By: Aliza Nussbaum Cohen
Nazareth. – February 3, 2018
Participating in a recent Hands of Peace seminar in Nazareth was intense, wonderful and difficult; similar to the summer experience in some ways, and totally different in others. On a Friday night in Nazareth, I found myself singing the Hands of Peace song with some of my closest friends and also a bunch of teenagers whom I didn’t know, but I knew shared a similar experience to mine.
Hands of Peace holds multiple seminars for Israeli and Palestinian alumni each year. Because I am in Jerusalem at the Shalom Hartman Institute’s joint Israeli-American gap year program, I was eager to take advantage of being nearby and having the opportunity to participate. The two-day seminar included four dialogue sessions, a self-guided tour of Old Nazareth, a lecture, and a storytelling workshop.
As in the Summer Program I had to find my place in dialogue. As an American, I cannot fully experience the conflict because I don’t live here permanently. On the other hand, I am deeply committed to reconciliation between Israelis and Palestinians.
Because the seminar is short, it was hard for our dialogue group to confront sensitive and personal issues. However, unlike the Summer Program, the reality was present – not an idea for the future, but immediate. We were not just talking hypothetically about Israeli alumni joining the army at some point in the distant future, but how we feel about it now as many edge closer to their enlistment dates.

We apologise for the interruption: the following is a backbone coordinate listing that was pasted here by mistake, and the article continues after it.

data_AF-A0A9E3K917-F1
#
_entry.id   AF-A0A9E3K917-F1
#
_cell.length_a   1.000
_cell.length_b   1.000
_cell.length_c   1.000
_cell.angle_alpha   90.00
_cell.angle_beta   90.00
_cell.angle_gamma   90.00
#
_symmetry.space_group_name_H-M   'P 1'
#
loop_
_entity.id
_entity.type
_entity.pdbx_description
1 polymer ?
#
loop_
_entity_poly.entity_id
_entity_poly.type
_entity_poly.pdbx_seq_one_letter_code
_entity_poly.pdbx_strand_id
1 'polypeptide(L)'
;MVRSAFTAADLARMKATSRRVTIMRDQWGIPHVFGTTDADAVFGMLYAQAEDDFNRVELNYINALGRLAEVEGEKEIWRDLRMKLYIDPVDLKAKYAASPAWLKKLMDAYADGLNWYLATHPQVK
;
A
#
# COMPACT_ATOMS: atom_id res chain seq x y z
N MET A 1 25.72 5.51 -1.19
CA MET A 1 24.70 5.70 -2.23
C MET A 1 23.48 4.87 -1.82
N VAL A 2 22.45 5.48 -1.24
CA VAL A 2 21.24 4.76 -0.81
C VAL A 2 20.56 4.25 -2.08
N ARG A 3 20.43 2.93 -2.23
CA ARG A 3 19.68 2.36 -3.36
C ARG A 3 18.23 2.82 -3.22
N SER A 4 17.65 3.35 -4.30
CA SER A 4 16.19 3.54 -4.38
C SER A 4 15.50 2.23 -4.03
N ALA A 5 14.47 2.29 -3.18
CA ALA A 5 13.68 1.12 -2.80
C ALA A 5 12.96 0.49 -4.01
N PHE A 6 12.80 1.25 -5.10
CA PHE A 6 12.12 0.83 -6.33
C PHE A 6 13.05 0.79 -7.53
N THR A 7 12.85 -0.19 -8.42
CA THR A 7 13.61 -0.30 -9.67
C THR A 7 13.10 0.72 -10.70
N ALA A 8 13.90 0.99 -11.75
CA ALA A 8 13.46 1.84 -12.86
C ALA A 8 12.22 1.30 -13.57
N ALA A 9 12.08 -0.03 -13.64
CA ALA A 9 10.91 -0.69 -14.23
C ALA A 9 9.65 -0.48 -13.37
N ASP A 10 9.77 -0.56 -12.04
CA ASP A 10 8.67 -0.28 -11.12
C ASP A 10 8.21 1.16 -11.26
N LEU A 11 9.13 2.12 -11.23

The social divide between Israelis and Palestinians was palpable. It also brought me right up to face one of my deepest inner conflicts. Does being empathetic to the Palestinian cause diminish my identity as a Jew who loves Israel, as a Zionist? It is a question I am grappling with now. I’m not sure if Israel can be Jewish and democratic simultaneously.
Leaving the seminar was hard, because I had so many unfinished conversations and didn’t know the next time I was going to see my friends. The experience of walking into the bubble of HOP dialogue and then exiting back into reality was intense. I am grateful to have participated in the seminar and look forward to attending the next one!
Aliza Nussbaum-Cohen participated in Hands of Peace in Chicago in 2015 and then again, a year later, as an XL in San Diego. Originally from New York, she is currently taking a gap year and studying at the Shalom-Hartman Institute in Jerusalem.